On August 4th, Drugstore Beograd will host a unique party dedicated to their sister club of Institut fuer Zukunft (Leipzig, Germany). On the bill : three of IfZ’s resident DJs, a handful of Serbia’s most prominent techno artists, Their common ambition? Proving that another sound is possible.
Picture a gigantic, dusty old fridge airdropped in the middle of a barren land, somewhere up north. Flocks of face-painted wackos, leather-strapped queers, golden lads and depressed youth, altogether exchanging knowing glances while lining-up before the entrance, as if they were peacefully waiting to be swallowed-up one by one by the monstrous machine. It’s around 11pm and the show already started, so you hear. Standing right outside, you can almost feel the aggressive pounding of the sub-bass seemingly rocking back and forth that whole rusty carcass. And yet, the throng is swelling and euphoria building up around what could easily be the dodgiest club you stumbled upon recently. Still wondering where you are? Welcome to the Institute for the Future.
Photo: Henry Laurisch
Located in the basement of an abandoned century-old wholesale market, just a ten-minute drive South of Leipzig, East Germany, die Institut fuer Zukunft has something of these chimerical venues directly drawn from the wild imaginary of old school ravers. Like a pocket of resistance against time and gentrification, safeguarded by two colossal domes of blurred glass and reinforced concrete, it was conceived as a place where hard techno would meet politics, and politics meet activism. To build more than another falsely hedonistic, money-sucking techno machine, in a country where, only 100 km away, the buoyant German capital was already being blighted by too many of that kind. This might be the reason why, wandering around the Institute’s corridors during the week, at daylight or after nightfall, you are likely to come upon the most unpredictable acts: BDSM workshops, antifa lectures, moaning backrooms, benefit gigs in favor of the refugee community, spontaneous 5 a.m raffles, and a few other deviant happenings in-between. Name it, they are probably already doing it.
Could be nut jobs, could be revolutionaries. One thing remains for certain: IfZ’s crew isn’t developing directionless, and, going back to the accomplishments they piled up for the past three years, we are left with little alternative but to take our hats off to them all.
This would all probably start to make sense if we looked back at IfZ’s history for a second. Somewhere around 2013, a bit more than a year before the grand opening, the motley assembly of ordinary citizens who were about to turn into IfZ core squad had little to no experience in running a club at all. All parts of distinct local crews (Vertigo, Aequalis, Homo Elektrik to name but a few), they merely gathered because they were all pining for making a reality the same utopian project. Creating a space where high-end sounds would reign supreme, shattering all impalpable boundaries so often dividing the crowd according to their sex, status, race or religion. “Fuck your gender and your implicit hierarchy”, so they state proudly. Coming across the perfect location by chance, it was only a matter of time before thugs and punks all pitched in to better carve it pursuing their common fantasy. Months past of excruciating labour clearing the ground, fundraising enough dough to buy out the killer sound system they wanted, kissing the butts of a few private donors footing the bills of the last frills, and there they were. Opening to the public perhaps Germany’s most promising club of the last decade: purposeful, uncompromising, and brazenly defiant toward the established order. To the rookie attendee, the message echoes loud and clear: time to get rid of your all-black uniforms and your fear of arbitrary door policies – the hopeful land of the free starts right behind those creaky revolving doors, until tomorrow morning at least.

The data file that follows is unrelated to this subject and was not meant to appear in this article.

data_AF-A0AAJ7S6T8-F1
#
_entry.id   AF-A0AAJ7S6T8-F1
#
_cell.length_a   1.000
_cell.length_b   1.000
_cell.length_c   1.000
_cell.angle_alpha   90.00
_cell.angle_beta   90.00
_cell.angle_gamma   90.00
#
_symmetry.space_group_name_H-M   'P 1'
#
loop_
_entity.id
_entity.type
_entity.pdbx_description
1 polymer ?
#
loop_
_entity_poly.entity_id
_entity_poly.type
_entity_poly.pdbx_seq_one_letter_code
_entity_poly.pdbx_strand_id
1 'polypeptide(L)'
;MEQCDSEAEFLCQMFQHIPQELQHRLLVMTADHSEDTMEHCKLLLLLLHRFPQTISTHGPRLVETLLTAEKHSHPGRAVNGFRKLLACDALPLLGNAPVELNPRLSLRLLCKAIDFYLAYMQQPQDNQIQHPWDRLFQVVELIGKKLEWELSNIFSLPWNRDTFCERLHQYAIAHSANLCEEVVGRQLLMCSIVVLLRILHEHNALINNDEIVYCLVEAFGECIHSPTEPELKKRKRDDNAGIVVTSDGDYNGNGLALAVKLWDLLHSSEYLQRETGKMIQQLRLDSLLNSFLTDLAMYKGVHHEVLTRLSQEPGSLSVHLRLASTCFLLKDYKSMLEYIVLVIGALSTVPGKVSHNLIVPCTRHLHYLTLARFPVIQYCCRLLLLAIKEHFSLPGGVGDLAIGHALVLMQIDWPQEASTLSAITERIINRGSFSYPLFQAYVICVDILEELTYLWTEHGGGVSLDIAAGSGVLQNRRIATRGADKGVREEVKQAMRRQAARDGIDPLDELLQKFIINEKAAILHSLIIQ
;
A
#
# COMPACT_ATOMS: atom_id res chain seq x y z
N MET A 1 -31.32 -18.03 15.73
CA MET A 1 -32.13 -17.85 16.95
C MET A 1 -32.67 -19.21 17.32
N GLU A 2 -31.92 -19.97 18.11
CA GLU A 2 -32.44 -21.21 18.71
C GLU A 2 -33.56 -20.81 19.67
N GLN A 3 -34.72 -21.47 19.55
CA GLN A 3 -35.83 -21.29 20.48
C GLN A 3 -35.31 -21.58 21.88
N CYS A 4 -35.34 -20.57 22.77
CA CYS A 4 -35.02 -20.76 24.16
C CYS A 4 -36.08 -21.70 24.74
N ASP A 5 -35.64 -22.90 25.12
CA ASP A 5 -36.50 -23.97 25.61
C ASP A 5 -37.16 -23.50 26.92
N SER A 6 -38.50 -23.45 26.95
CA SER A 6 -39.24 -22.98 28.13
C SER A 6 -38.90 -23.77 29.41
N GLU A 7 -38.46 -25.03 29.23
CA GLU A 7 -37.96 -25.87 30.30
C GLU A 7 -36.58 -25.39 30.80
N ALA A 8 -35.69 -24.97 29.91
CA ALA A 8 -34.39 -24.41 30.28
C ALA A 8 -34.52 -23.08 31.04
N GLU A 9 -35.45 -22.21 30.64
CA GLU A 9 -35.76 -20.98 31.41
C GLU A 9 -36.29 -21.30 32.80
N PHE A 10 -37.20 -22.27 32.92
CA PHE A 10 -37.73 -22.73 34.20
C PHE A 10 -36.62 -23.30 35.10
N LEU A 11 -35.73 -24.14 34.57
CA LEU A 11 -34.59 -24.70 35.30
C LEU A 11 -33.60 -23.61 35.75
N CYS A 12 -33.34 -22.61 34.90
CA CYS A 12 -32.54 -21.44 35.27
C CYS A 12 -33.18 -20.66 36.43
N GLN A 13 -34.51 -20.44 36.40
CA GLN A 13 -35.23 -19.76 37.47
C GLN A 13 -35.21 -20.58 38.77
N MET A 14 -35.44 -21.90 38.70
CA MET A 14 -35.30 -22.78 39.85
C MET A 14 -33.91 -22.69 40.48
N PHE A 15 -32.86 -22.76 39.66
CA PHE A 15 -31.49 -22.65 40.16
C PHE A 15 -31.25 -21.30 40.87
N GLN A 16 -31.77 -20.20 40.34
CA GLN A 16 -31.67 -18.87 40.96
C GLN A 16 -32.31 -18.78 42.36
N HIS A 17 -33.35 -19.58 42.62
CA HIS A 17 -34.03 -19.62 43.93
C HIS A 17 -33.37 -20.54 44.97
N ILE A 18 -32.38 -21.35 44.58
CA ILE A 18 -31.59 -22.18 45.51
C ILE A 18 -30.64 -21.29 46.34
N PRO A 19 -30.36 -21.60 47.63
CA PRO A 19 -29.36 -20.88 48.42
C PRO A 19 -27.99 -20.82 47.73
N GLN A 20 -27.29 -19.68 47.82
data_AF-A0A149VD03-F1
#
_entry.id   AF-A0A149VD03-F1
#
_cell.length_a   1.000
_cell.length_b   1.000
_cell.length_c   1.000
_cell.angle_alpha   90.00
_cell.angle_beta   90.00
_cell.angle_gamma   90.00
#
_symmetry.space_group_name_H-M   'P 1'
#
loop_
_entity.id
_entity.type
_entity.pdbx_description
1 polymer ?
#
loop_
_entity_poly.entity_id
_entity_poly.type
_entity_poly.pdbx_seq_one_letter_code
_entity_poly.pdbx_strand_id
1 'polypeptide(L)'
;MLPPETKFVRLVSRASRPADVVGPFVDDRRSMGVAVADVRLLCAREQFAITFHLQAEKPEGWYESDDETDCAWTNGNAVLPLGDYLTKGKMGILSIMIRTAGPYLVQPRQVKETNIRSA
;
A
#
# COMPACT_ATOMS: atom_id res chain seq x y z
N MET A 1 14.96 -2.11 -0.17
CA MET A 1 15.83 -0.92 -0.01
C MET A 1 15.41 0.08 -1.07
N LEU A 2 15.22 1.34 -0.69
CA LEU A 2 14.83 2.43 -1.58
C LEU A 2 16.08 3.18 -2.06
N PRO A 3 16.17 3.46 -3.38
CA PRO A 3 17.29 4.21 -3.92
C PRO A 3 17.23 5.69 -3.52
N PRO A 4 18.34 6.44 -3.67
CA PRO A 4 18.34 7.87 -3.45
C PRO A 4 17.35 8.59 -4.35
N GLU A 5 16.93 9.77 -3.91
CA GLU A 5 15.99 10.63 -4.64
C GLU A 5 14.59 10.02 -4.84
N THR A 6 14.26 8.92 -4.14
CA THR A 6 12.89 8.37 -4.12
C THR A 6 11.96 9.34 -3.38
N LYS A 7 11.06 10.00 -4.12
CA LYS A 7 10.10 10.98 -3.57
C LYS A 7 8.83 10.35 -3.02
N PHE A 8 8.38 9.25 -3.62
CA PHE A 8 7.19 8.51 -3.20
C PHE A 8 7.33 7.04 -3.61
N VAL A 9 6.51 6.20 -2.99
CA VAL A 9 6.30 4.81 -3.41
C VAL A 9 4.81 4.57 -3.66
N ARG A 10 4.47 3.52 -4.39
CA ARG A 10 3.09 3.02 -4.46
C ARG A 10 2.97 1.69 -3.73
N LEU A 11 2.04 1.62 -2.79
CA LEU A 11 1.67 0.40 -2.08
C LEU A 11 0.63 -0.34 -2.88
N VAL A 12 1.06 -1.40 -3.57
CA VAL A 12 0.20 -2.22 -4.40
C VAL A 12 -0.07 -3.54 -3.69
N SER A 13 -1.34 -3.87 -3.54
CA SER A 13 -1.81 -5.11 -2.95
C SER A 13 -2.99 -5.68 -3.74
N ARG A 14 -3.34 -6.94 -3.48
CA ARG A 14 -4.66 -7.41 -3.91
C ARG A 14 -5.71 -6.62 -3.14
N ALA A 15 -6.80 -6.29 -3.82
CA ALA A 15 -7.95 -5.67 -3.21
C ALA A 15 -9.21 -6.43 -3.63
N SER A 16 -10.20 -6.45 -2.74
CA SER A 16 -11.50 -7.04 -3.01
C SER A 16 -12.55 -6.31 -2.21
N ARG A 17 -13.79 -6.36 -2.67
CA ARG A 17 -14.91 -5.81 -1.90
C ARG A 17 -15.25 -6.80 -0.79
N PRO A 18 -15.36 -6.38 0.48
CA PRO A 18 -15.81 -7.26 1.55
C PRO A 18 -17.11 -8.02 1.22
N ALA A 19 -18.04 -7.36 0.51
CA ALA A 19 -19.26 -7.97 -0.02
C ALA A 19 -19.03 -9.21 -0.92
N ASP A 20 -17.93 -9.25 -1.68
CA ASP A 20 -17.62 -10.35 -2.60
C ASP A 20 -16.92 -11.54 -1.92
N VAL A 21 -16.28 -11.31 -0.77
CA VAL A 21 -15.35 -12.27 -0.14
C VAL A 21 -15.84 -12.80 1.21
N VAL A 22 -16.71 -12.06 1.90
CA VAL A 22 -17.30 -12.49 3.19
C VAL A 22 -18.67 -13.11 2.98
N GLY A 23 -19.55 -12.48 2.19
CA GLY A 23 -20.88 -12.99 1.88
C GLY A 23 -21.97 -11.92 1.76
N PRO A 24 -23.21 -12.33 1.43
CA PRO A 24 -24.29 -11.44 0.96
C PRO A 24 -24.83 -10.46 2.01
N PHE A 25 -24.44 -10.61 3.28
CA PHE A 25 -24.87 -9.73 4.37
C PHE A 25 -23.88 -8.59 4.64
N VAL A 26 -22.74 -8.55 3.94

At this point, only remains to be heard to what sound IfZ’s crowd from nowhere keeps on hopping until dawn. Even though the club built itself a name as a platform for local hard-line techno artists, often running fast-paced bangers on full blast until general blackout, IfZ’s bookers always blatantly refused de facto confinement to one style only. Perhaps purposely adding up to the merry mess, they so far never backed down on that old promise – juggling their classic techno/house raves with bass-music, hip-hop or niche experimental shows when given the chance. As to their close-knit team of resident DJs, well. To the happy few who should stick around Belgrade until August 4th, we leave the privilege of breaking the mystery by themselves, just keeping their ears open around the Secret garden of Drugstore on that very night. To the others, here’s your cautionary tale.
Photo: Henry Laurisch
– Surreal soundscapes. Freaky atmospheres. Dystopian aesthetics. Underworld bass. Distant echoes. Menacing drones. Psych synths. Distorted kicks. Haunting samples. Tribal heartbeats. Sinister undertones. Outlandish beeps. Plodding drums. Razor-sharp shrieks. Spoken words. Untold stories. Spellbinding hymns. Electrifying melodies. Infuriating rhythms. Raw intimacy. Blistering tension. Acid reflections. Smashing hits. Till sunrise and beyond.
4th of August. 11pm – 7am.
Dragana Kostica is the Belgrade-based editor in chief and founder of Still in Belgrade art, culture and club scene magazine. She holds a Master of Arts in Cultural Policy and Management in Arts (MA of Arts) and a Bachelor degree in Archaeology.